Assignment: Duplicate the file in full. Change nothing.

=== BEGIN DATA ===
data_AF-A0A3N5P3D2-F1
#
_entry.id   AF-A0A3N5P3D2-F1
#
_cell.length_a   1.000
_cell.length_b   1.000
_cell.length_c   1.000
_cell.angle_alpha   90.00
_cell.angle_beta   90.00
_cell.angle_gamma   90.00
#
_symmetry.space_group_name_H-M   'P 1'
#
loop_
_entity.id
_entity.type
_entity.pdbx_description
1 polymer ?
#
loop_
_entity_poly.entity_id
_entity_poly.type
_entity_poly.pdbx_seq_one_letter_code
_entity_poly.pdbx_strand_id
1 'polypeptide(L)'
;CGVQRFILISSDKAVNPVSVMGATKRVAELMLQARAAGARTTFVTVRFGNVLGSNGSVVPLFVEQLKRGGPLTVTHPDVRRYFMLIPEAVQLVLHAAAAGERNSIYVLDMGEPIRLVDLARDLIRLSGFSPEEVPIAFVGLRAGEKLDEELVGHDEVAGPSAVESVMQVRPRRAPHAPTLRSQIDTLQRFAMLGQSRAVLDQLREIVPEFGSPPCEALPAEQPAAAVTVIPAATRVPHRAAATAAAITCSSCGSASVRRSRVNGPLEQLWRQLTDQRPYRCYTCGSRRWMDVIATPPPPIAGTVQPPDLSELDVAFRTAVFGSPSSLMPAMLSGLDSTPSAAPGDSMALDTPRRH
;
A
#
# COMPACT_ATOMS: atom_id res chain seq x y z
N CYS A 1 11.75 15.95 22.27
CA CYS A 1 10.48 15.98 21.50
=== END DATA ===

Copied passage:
data_AF-A0A3N5P3D2-F1
#
_entry.id   AF-A0A3N5P3D2-F1
#
_cell.length_a   1.000
_cell.length_b   1.000
_cell.length_c   1.000
_cell.angle_alpha   90.00
_cell.angle_beta   90.00
_cell.angle_gamma   90.00
#
_symmetry.space_group_name_H-M   'P 1'
#
loop_
_entity.id
_entity.type
_entity.pdbx_description
1 polymer ?
#
loop_
_entity_poly.entity_id
_entity_poly.type
_entity_poly.pdbx_seq_one_letter_code
_entity_poly.pdbx_strand_id
1 'polypeptide(L)'
;CGVQRFILISSDKAVNPVSVMGATKRVAELMLQARAAGARTTFVTVRFGNVLGSNGSVVPLFVEQLKRGGPLTVTHPDVRRYFMLIPEAVQLVLHAAAAGERNSIYVLDMGEPIRLVDLARDLIRLSGFSPEEVPIAFVGLRAGEKLDEELVGHDEVAGPSAVESVMQVRPRRAPHAPTLRSQIDTLQRFAMLGQSRAVLDQLREIVPEFGSPPCEALPAEQPAAAVTVIPAATRVPHRAAATAAAITCSSCGSASVRRSRVNGPLEQLWRQLTDQRPYRCYTCGSRRWMDVIATPPPPIAGTVQPPDLSELDVAFRTAVFGSPSSLMPAMLSGLDSTPSAAPGDSMALDTPRRH
;
A
#
# COMPACT_ATOMS: atom_id res chain seq x y z
N CYS A 1 11.75 15.95 22.27
CA CYS A 1 10.48 15.98 21.50